Saturday, March 24, 2007

What I've Learned Today: Anglo-Saxon Chronicle Edition

When I say today, I clearly mean "over the past two weeks" -- that's probably the first thing I ought to say. With all of the reading I did over the break on writing history, I've had some strange ideas starting to come up.

Perhaps the most important thing I've learned: Our profession is not geared toward the success of the study of older periods. By that, I actually mean : The fact that editions/translations are no longer 'real' dissertations, while it makes sense for the profession (i.e., they don't count for tenure, either, if I understand correctly), is utterly ludicrous in a field where you might be able to get a newer edition of Alfred's Grammar, but it's apparently a reprint of the edition that was done by Zupitza in the late 1900s, and it's definitely in German.

Also, we've got the slight problem of how to arrange texts. While, theoretically, reading the Anglo-Saxon Chronicle in Swanton's stunningly fluent translation is possible, it's not quite the easiest thing to sit down and do. Particularly if you tend to forget that the entries from all manuscripts are laid out comparatively -- Winchester and Peterborough, therefore, are often on facing pages where the chronicles coincide, with the other texts coming up when they also have entries for a particular date or event. This is a genius arrangement for scholars who want to see the relative similarity/difference of the texts -- however, for a grad student of very little brain, it often results in a feeling of deja vu only alleviated when said grad student looks back at the top of the page and gets the vague feeling she ought not have been accepted at quite so highly-ranked a school if she can't keep this straight after 200 pages...That said, Swanton's translation is fantastic -- it's my brain that isn't up to snuff.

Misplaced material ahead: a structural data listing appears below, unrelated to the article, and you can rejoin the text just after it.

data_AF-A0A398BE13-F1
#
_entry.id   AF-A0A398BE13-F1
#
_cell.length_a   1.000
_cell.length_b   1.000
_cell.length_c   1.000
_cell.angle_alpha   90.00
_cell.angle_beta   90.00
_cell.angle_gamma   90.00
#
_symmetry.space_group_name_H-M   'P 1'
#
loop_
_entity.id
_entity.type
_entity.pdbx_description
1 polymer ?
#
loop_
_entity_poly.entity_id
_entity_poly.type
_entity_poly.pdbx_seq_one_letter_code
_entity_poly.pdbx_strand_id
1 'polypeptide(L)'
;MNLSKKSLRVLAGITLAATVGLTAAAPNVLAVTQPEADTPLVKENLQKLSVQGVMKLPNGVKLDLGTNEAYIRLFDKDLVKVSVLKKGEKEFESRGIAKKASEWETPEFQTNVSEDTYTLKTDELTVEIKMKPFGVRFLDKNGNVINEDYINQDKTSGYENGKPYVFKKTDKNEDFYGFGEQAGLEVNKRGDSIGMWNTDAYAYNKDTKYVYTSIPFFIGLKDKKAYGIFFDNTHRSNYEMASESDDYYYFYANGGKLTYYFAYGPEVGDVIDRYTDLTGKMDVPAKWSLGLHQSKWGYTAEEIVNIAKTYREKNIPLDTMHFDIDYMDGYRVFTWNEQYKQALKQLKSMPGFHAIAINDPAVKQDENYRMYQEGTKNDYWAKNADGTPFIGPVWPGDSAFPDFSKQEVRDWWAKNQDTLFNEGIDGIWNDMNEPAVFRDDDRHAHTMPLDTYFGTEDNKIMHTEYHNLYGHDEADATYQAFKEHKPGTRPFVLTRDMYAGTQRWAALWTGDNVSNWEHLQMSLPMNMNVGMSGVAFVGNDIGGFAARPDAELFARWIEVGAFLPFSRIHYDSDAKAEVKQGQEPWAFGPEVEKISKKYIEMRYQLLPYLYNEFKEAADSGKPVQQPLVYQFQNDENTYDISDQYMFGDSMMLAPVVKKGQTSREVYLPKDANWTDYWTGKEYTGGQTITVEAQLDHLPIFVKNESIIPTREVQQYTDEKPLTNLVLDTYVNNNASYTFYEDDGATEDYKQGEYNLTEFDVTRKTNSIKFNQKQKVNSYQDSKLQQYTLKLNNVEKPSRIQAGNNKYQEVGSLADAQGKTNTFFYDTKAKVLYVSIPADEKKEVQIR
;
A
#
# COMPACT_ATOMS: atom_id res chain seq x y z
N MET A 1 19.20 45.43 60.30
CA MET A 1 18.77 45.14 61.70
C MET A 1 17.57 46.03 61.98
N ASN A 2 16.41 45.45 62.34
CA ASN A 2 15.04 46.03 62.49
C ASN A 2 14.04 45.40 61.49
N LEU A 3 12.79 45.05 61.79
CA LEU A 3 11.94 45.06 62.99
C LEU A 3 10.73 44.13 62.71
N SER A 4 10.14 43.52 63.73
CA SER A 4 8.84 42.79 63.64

Finally, there's the question of "how do you solve a problem like temporality?" Which, though it doesn't scan with the song I'm thinking of, is remarkably similar to the answer to "how do you hold a moonbeam in your hand?" I've just finished reading Alice Sheppard's chapters on Alfred in Families of the King (Univ. of Toronto Press, 2004). Sheppard's analysis of the interpretation of Alfred's life yielded by the Chronicle, and further, by Asser, is brilliant -- her assertion that Alfred's teaching was more important than his personal learning or intelligence struck me as a perfect remedy to my malaise about the relative value of an academic life versus a more political one (or at least a more politically active and/or traditionally "useful" life -- not to suggest scholars aren't useful, but you know what I mean...):

...Asser suggests that individual learning and scholarship are insufficient as political tools for sustaining loyalty. Loyalty is built when the king takes that knowledge out of the private realm and activates it by personally teaching his men.

Teaching can be political, and moreover can be a political act -- of course, the problem then is what is taught, and to whom.